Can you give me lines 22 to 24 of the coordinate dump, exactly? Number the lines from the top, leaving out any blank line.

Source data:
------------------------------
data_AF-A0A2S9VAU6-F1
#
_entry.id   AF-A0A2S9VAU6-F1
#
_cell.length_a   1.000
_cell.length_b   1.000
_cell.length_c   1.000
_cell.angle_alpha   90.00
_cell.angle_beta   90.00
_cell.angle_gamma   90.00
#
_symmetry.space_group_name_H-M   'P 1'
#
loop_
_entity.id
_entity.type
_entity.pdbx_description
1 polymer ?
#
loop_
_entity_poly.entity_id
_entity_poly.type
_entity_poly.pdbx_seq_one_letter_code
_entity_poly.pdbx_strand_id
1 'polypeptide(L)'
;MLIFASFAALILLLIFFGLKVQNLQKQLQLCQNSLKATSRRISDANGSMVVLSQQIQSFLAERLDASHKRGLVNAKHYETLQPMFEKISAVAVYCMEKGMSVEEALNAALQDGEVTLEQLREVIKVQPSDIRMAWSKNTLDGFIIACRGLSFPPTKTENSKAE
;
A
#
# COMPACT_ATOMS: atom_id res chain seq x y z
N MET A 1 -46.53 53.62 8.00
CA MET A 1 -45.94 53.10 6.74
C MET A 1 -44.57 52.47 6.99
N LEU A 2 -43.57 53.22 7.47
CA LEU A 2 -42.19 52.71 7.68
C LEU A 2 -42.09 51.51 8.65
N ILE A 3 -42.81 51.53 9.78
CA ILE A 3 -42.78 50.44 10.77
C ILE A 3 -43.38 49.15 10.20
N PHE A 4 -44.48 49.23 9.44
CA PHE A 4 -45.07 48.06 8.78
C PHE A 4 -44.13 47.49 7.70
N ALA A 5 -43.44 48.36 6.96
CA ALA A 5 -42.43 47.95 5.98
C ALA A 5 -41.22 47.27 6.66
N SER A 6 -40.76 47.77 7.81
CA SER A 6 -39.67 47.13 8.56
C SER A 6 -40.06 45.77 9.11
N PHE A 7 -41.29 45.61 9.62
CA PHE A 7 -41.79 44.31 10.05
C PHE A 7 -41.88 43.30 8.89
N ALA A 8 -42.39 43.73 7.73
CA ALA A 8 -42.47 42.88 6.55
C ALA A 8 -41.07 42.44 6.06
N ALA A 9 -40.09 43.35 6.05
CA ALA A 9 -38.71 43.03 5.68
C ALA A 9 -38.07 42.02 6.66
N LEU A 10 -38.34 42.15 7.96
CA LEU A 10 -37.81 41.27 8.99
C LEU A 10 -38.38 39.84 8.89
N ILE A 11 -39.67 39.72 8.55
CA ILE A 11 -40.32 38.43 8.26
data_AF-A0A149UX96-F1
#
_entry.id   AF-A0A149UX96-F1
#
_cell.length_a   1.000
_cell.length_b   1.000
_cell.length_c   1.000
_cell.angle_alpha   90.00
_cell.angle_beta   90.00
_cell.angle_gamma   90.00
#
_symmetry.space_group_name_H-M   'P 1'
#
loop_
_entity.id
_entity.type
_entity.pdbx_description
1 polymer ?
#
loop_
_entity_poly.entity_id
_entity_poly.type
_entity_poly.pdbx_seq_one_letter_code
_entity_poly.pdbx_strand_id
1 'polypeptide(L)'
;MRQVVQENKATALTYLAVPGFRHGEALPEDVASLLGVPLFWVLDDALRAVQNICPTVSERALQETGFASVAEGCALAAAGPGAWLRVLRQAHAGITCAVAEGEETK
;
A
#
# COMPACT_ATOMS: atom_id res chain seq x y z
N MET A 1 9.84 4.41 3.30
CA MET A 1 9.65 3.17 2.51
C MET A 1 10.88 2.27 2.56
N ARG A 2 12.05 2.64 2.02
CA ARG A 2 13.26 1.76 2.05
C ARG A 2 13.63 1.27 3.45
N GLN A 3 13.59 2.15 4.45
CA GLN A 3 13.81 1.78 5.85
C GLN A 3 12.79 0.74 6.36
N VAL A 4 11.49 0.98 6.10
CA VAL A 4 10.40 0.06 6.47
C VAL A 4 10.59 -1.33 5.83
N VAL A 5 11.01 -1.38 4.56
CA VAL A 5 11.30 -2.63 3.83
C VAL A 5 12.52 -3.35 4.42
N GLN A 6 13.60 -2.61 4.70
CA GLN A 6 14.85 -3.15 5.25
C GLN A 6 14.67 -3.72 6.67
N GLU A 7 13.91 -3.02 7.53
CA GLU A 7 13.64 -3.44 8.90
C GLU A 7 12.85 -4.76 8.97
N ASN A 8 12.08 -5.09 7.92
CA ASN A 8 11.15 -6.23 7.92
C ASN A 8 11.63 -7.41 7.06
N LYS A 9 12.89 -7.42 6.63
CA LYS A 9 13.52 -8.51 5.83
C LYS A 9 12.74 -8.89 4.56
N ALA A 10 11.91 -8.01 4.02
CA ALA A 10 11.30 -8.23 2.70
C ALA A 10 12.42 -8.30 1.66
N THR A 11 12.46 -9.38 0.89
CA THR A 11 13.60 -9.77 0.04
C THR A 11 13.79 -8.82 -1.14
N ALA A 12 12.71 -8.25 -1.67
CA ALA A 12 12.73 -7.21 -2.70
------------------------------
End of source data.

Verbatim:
_entity_poly.type
_entity_poly.pdbx_seq_one_letter_code
_entity_poly.pdbx_strand_id